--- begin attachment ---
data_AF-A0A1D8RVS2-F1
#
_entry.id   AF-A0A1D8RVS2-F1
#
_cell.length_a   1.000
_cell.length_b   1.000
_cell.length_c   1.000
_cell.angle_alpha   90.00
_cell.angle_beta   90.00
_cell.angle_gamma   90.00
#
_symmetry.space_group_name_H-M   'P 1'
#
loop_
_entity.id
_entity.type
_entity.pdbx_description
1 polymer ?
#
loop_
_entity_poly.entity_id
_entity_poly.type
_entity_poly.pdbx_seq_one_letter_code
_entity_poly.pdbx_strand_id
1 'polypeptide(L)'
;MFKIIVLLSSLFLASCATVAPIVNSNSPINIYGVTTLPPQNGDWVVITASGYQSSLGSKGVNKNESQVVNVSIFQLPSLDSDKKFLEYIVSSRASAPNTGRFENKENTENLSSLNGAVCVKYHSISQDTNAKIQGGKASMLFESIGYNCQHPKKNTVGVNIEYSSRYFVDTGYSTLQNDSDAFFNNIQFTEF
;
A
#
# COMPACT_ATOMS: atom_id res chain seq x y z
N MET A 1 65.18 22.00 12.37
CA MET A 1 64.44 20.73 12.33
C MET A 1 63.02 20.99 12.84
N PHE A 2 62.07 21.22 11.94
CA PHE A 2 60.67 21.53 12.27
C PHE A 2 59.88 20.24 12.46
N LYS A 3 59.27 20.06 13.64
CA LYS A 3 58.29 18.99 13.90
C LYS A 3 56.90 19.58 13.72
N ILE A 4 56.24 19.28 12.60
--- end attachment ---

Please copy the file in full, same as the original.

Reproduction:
data_AF-A0A1D8RVS2-F1
#
_entry.id   AF-A0A1D8RVS2-F1
#
_cell.length_a   1.000
_cell.length_b   1.000
_cell.length_c   1.000
_cell.angle_alpha   90.00
_cell.angle_beta   90.00
_cell.angle_gamma   90.00
#
_symmetry.space_group_name_H-M   'P 1'
#
loop_
_entity.id
_entity.type
_entity.pdbx_description
1 polymer ?
#
loop_
_entity_poly.entity_id
_entity_poly.type
_entity_poly.pdbx_seq_one_letter_code
_entity_poly.pdbx_strand_id
1 'polypeptide(L)'
;MFKIIVLLSSLFLASCATVAPIVNSNSPINIYGVTTLPPQNGDWVVITASGYQSSLGSKGVNKNESQVVNVSIFQLPSLDSDKKFLEYIVSSRASAPNTGRFENKENTENLSSLNGAVCVKYHSISQDTNAKIQGGKASMLFESIGYNCQHPKKNTVGVNIEYSSRYFVDTGYSTLQNDSDAFFNNIQFTEF
;
A
#
# COMPACT_ATOMS: atom_id res chain seq x y z
N MET A 1 65.18 22.00 12.37
CA MET A 1 64.44 20.73 12.33
C MET A 1 63.02 20.99 12.84
N PHE A 2 62.07 21.22 11.94
CA PHE A 2 60.67 21.53 12.27
C PHE A 2 59.88 20.24 12.46
N LYS A 3 59.27 20.06 13.64
CA LYS A 3 58.29 18.99 13.90
C LYS A 3 56.90 19.58 13.72
N ILE A 4 56.24 19.28 12.60